By Design: Regal Kitty

Seeing Design Features: The Painting of Regal Kitty

Greetings!  Meet Regal Kitty, and, if you’ve met her before, then how about a peek into her design?

By Design: Regal Kitty


The purpose of this article is to give you some insight into how I designed my painting Regal Kitty.  More specifically, I would like to share with you three composition features that I purposely included in this painting.  

  • Fractured planes – the “Cubist Style” approach.
  • Shape and line, where shape dominates but line adds character.
  • Value and color scheme; value is important; color is managed.


To set the stage, I’ll start with a bit of history.  Regal Kitty was painted in 2009.  I had been reading books on Cubism because I wanted to understand what this important art movement was all about.  How did they create “Cubist” paintings?  I liked the shapes and lines of Cubism and wondered how they did it.  

In order to understand the movement, I thought I’d try my hand at designing my own Cubist style painting, though how does one start?  To me, one of the signature moves of the Cubist era, that is to say the design that stands out was the double face.  I find it intriguing to see both views together – front and sideways.  

By Design: Cubist Style Head

The Cubist Face.

But, how to combine both sides?  Well, the best solution I could come up with is just to start.  

I worked with several drawings, trying to marry side and front view faces.  It was a struggle; its not as easy as one might think coming up with a coherent design!  Then, I ran into drawings and etchings by Cubist sculpture Henri Laurens.  Wow!  I get it (sort of); I had a way in!  

You see the Cubists were thinking sculptural, or three dimensional and drawing two dimensional.  There is a sculptural side to Cubist paintings.  That is why a flattened box, where you see all six sides at the same time, is a good starting point for understanding Cubism.

Designing a Cubist Box

Back to Regal Kitty.  All these Cubist ideas were pinging around my brain.  After seeing photos of Henri Laurens sculpture plus his drawings, I plunged in again and tried to draw a cat.

Design detail: Profile view Regal Kitty

If you look closely at the head, you will see I did indeed include a sideways (profile) view and a forward view of the cat’s head.  All the other shapes allude to the different planes of the cat-figure flattened.  Think sculptural and statuesque.

I was pleased with the resulting cat design.  

Design view: frontal face, Regal Kitty

Design Elements: Line And Shape.

Another device I noticed while looking at paintings done in the Cubist era was the interplay of line and shape.  Some of the objects in a still life, for example, might just be outlined.  Other objects will be filled with color, value or texture to create a shape.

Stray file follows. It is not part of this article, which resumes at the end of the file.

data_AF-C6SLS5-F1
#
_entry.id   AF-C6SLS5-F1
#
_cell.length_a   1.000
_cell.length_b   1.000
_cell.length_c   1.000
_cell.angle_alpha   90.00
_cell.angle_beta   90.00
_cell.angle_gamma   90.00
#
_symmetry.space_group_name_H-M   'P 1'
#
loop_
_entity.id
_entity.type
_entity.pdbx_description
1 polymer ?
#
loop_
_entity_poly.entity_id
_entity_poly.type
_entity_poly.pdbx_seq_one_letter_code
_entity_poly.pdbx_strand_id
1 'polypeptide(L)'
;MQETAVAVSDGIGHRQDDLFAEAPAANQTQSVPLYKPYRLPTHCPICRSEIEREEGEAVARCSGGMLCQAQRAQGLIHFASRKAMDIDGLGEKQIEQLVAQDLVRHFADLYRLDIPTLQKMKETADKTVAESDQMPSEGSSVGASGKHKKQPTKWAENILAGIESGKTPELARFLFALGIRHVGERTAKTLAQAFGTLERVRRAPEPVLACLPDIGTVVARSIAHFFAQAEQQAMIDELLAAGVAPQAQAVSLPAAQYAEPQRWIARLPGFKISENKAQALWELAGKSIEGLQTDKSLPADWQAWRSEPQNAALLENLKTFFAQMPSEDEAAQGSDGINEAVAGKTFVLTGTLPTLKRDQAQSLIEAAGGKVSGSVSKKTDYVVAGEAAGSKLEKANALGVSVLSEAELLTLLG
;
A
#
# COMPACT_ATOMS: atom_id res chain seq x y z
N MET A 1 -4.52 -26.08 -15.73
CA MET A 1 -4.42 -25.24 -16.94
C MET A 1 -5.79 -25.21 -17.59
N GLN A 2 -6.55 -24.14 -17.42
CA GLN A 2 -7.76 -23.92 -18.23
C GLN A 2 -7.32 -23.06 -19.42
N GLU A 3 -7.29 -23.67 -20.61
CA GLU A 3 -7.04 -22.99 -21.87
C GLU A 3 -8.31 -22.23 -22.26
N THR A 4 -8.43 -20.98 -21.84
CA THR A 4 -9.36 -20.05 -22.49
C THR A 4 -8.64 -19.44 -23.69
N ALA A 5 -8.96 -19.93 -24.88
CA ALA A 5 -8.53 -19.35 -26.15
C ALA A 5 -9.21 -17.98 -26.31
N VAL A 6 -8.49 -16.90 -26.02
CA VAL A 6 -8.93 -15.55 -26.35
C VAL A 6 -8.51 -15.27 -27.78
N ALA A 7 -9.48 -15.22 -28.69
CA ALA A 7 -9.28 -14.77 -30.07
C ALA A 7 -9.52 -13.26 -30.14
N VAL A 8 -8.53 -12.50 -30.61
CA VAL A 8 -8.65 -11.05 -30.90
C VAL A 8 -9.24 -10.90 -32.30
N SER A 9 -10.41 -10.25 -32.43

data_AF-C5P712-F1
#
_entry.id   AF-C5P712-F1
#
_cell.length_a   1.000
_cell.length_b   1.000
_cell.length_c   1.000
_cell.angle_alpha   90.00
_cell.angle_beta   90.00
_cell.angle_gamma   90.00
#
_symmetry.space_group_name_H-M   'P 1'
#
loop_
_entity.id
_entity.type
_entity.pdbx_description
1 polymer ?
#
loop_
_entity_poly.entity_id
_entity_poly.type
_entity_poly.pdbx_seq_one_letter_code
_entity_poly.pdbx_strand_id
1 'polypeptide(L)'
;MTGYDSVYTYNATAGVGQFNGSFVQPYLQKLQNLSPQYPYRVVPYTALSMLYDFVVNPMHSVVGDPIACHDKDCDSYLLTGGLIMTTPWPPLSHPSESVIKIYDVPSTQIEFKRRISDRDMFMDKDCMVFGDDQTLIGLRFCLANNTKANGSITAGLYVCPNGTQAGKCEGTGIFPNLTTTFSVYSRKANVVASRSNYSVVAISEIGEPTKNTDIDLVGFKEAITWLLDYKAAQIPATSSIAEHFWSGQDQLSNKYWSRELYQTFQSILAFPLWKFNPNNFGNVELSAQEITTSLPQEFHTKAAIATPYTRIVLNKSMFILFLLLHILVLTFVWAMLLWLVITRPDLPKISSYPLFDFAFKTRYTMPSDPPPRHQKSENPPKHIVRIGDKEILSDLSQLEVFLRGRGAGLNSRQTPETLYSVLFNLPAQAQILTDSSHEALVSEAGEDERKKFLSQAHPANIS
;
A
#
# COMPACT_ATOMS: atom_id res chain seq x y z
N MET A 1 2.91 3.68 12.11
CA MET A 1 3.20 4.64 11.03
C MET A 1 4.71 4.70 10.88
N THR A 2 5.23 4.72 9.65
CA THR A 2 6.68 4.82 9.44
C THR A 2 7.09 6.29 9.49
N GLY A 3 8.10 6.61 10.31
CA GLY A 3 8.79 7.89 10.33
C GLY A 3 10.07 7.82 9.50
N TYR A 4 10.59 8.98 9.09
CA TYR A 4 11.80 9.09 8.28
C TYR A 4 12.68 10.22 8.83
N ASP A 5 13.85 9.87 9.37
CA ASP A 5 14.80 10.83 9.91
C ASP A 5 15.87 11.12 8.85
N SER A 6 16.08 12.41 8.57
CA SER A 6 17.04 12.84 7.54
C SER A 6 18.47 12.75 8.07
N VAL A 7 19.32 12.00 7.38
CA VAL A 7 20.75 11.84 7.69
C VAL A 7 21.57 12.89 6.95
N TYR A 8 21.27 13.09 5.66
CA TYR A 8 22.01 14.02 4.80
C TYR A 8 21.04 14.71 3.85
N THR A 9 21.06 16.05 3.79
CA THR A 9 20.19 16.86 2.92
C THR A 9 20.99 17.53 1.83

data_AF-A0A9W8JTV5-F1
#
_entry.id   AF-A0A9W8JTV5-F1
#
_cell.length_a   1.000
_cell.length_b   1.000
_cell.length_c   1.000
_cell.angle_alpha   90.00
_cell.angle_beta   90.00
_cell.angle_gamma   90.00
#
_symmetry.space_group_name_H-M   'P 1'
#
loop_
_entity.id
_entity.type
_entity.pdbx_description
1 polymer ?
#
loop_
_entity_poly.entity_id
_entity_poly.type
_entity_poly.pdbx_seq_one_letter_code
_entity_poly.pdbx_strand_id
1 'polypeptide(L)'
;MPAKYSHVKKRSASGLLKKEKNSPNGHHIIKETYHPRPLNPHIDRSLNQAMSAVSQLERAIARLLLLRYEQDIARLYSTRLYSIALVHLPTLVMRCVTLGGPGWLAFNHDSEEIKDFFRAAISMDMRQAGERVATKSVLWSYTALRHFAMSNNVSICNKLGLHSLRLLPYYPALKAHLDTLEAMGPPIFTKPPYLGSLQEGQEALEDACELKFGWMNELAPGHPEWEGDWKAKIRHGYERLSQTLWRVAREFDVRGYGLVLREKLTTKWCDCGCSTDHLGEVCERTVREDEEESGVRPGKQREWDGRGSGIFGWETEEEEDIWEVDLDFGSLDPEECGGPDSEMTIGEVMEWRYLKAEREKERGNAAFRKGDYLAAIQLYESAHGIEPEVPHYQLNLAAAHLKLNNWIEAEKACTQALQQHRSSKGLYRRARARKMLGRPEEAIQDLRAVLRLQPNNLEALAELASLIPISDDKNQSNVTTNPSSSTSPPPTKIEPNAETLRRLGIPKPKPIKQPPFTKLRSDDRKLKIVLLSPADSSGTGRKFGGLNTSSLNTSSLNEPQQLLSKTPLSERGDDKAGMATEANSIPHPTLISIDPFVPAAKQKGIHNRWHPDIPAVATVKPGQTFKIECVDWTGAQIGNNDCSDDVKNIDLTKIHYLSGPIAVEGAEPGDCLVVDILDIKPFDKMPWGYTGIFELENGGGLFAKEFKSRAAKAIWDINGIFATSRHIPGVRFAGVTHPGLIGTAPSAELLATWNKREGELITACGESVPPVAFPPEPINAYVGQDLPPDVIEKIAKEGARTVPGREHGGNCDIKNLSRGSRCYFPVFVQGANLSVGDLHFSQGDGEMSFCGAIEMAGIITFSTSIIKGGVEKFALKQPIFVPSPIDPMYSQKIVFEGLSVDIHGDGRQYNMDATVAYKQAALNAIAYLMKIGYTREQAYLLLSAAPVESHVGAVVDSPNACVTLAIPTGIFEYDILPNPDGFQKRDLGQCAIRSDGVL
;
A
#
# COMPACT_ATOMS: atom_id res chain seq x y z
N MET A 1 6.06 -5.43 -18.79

I liked the marriage of both line and shape.  But, as I learned while studying design, its best for either line or shape to be dominant.  When you have both in equal number, its confusing.  

So with the design of Regal Kitty, I focused on shape as dominant over line.  However, around the face, I used line to add character, (see the detail of the head above).  Naturally, you might say, the face is the center of interest.  That is where you want something a bit special to catch the viewer’s eye.

Design Analysis: Regal Kitty Grayscale

More Design Elements: Value and Color.

Both of the design elements “value and color” play an important part in this design.  I would consider this a value painting first.  Value, the relative light and dark of each shape, is what gives the design its power.  Plus, it is the relative light and dark of adjoining shapes that helps to express the feeling of a statuesque cat.

When I was developing my color scheme, I considered the relative value and intensity of the colors in relationship to each other.  So, a dark blue, for example, might read as a plane or side that is turning away from you, the viewer.  On the other side, a warm orange or yellow feels like it is advancing toward you.

I chose a complimentary blue and orange color scheme for a couple of reasons.  Foremost, a complimentary color scheme makes it easier to manage color.  Its like composing with a simplified color chord rather than an entire kaleidoscope of colors.  Granted, there are times when lots of different colors are just what’s needed, but that’s not what I wanted to do here. 

Design: Alternate Color Scheme, Regal Kitty

Another reason for the blue and orange is that I simply like the scheme.  It speaks softly but with some dignity and serenity.  You guessed it, the blue dignity is linked to the “regal” word in the title.

Sometimes its easiest just to see what a different color scheme will do.  I manipulated the image of Regal Kitty to give you a violet and yellow scheme as well as a red and green version to see.  It changes the meaning somewhat, don’t you think?  You might like a different color better; its all a matter of taste and what “speaks” to you.

Alternate Color Scheme: Green and Red

Looking Again And Sharing Secrets.

So, now that we have talked and looked at Regal Kitty for several paragraphs, how do you see her now?  Do you see more?  Has her meaning changed?

I like sharing with you my secret “double faced” cat; its like a little joke just between you and me.  My Regal Kitty is trying to be dignified and regal, but she’s really looking at you, or is she?  Perhaps she’s contemplating the meaning of life and the greater universe.  Or, maybe, she’s thinking its time to go take a nap.


Thank you for sharing your time with me and Regal Kitty!


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